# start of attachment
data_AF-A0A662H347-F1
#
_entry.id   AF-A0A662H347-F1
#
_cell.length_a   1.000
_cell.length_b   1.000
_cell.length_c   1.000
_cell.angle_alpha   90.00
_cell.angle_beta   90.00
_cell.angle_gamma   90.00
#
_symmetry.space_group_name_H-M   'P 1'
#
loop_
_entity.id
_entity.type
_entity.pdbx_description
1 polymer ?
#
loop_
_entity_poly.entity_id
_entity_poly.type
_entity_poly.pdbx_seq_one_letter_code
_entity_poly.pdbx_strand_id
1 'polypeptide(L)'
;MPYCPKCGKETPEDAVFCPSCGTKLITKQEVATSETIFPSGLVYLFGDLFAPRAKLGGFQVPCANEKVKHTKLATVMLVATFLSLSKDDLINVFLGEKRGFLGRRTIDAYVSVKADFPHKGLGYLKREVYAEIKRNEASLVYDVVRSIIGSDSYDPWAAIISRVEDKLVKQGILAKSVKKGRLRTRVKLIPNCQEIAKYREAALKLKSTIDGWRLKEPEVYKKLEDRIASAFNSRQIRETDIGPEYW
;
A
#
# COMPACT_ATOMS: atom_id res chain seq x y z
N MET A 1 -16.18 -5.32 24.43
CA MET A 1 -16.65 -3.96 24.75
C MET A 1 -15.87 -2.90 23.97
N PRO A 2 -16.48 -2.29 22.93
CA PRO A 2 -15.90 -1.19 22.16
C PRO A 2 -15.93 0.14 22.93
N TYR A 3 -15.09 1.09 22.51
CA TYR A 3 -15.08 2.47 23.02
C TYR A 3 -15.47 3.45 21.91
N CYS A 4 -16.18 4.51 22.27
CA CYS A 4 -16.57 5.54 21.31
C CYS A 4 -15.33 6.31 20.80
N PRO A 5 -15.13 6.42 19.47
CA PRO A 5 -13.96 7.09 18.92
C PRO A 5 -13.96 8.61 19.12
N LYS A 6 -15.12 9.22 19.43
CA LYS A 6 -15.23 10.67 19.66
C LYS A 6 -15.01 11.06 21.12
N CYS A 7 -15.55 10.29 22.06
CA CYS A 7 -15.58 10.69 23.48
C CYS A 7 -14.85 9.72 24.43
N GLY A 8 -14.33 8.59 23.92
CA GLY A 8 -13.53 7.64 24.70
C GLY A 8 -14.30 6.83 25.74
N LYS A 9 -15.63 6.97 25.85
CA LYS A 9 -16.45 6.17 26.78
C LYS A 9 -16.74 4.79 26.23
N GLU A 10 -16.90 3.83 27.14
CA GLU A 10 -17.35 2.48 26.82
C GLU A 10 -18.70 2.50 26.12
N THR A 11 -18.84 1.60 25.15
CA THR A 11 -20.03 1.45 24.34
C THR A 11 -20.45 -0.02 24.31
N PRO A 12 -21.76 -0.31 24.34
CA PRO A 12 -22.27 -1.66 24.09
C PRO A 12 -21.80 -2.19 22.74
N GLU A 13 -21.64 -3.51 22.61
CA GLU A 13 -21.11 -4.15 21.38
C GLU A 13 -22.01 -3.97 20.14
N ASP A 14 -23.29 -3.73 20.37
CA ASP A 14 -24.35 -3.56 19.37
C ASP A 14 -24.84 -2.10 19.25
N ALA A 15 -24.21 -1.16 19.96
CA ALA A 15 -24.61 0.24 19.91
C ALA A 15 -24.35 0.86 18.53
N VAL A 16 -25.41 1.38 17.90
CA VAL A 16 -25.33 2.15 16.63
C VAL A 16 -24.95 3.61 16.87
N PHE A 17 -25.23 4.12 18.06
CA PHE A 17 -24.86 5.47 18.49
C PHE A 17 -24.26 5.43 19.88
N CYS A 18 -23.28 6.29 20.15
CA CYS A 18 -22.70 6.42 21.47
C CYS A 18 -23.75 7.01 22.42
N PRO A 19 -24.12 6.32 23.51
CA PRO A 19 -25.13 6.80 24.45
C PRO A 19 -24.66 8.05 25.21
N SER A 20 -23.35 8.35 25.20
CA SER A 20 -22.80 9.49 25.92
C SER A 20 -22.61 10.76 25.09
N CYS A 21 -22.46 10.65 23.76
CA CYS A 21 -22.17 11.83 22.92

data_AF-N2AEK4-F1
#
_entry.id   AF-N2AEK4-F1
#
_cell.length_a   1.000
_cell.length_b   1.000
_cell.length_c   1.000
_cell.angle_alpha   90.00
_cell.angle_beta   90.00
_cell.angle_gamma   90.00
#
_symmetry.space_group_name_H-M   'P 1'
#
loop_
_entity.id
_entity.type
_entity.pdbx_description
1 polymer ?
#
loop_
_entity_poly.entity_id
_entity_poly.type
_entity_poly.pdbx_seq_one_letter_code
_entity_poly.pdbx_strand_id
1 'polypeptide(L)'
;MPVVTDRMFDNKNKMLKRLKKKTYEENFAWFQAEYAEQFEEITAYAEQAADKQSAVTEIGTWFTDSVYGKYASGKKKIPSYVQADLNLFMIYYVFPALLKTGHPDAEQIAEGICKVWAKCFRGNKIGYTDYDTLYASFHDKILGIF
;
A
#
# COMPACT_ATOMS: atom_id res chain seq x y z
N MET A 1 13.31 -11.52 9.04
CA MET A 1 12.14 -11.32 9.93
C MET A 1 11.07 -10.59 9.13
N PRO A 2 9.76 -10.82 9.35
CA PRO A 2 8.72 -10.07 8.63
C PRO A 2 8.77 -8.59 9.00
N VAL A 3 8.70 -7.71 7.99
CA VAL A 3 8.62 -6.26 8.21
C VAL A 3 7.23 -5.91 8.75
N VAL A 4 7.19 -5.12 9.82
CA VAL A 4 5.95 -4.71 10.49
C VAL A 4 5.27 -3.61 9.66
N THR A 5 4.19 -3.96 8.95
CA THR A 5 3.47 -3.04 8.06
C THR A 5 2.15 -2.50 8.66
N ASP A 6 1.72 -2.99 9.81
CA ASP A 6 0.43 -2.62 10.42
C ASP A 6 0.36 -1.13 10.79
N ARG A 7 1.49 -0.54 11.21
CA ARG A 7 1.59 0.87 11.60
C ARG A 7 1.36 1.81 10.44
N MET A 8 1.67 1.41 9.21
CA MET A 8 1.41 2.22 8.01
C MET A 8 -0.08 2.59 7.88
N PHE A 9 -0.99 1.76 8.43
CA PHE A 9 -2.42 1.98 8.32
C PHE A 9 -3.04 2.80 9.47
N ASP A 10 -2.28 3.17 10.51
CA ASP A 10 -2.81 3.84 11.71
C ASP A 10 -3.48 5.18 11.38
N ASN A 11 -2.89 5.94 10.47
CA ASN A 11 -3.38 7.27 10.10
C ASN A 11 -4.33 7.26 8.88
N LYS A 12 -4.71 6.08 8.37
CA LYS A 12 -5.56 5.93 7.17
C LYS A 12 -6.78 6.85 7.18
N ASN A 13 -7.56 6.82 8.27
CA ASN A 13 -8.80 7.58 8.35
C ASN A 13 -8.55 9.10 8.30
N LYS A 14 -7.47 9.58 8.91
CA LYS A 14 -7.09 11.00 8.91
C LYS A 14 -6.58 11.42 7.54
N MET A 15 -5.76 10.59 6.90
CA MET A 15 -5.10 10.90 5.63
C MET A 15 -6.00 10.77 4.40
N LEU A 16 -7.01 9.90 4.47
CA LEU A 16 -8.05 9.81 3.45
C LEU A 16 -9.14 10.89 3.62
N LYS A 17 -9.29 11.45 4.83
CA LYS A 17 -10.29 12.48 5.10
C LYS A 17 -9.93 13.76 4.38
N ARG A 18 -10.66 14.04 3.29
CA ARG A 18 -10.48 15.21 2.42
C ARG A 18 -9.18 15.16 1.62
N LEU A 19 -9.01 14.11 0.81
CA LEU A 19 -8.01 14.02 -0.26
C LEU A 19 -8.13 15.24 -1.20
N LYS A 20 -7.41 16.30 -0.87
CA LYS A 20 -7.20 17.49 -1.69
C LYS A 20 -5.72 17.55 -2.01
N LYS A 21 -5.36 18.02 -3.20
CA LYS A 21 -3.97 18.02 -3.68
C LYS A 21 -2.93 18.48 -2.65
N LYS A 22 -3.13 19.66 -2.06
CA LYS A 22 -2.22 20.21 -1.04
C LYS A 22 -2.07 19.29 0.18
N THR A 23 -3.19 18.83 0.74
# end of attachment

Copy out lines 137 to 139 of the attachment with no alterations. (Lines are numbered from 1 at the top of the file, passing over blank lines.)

C THR A 5 2.15 -2.50 8.66
N ASP A 6 1.72 -2.99 9.81
CA ASP A 6 0.43 -2.62 10.42